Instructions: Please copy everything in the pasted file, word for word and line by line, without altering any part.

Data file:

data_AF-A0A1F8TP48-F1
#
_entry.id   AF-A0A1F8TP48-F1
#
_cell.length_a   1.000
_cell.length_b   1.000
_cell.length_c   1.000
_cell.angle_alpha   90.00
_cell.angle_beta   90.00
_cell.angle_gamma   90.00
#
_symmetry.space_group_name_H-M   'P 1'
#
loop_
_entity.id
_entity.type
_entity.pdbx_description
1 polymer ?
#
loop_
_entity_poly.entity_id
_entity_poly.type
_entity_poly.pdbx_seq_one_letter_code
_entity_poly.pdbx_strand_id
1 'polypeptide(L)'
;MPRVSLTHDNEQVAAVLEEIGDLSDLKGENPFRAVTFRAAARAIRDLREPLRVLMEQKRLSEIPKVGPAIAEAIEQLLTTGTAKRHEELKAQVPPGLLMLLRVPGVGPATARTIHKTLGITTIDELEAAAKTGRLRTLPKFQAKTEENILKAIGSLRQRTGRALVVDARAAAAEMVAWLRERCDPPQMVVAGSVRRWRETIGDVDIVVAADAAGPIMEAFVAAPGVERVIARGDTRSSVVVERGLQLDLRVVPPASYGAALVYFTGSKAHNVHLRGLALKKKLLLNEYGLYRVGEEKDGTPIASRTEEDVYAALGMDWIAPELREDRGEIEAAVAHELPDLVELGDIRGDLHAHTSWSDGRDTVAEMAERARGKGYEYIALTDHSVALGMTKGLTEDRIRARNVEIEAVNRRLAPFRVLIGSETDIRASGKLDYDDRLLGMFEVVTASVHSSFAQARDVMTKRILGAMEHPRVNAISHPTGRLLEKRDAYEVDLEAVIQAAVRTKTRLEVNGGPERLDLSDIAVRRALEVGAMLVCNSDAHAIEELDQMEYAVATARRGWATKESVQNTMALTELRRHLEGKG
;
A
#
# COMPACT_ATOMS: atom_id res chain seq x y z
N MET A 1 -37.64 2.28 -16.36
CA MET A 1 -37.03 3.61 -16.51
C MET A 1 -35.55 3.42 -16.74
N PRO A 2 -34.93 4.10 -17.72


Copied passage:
data_AF-A0A1F8TP48-F1
#
_entry.id   AF-A0A1F8TP48-F1
#
_cell.length_a   1.000
_cell.length_b   1.000
_cell.length_c   1.000
_cell.angle_alpha   90.00
_cell.angle_beta   90.00
_cell.angle_gamma   90.00
#
_symmetry.space_group_name_H-M   'P 1'
#
loop_
_entity.id
_entity.type
_entity.pdbx_description
1 polymer ?
#
loop_
_entity_poly.entity_id
_entity_poly.type
_entity_poly.pdbx_seq_one_letter_code
_entity_poly.pdbx_strand_id
1 'polypeptide(L)'
;MPRVSLTHDNEQVAAVLEEIGDLSDLKGENPFRAVTFRAAARAIRDLREPLRVLMEQKRLSEIPKVGPAIAEAIEQLLTTGTAKRHEELKAQVPPGLLMLLRVPGVGPATARTIHKTLGITTIDELEAAAKTGRLRTLPKFQAKTEENILKAIGSLRQRTGRALVVDARAAAAEMVAWLRERCDPPQMVVAGSVRRWRETIGDVDIVVAADAAGPIMEAFVAAPGVERVIARGDTRSSVVVERGLQLDLRVVPPASYGAALVYFTGSKAHNVHLRGLALKKKLLLNEYGLYRVGEEKDGTPIASRTEEDVYAALGMDWIAPELREDRGEIEAAVAHELPDLVELGDIRGDLHAHTSWSDGRDTVAEMAERARGKGYEYIALTDHSVALGMTKGLTEDRIRARNVEIEAVNRRLAPFRVLIGSETDIRASGKLDYDDRLLGMFEVVTASVHSSFAQARDVMTKRILGAMEHPRVNAISHPTGRLLEKRDAYEVDLEAVIQAAVRTKTRLEVNGGPERLDLSDIAVRRALEVGAMLVCNSDAHAIEELDQMEYAVATARRGWATKESVQNTMALTELRRHLEGKG
;
A
#
# COMPACT_ATOMS: atom_id res chain seq x y z
N MET A 1 -37.64 2.28 -16.36
CA MET A 1 -37.03 3.61 -16.51
C MET A 1 -35.55 3.42 -16.74
N PRO A 2 -34.93 4.10 -17.72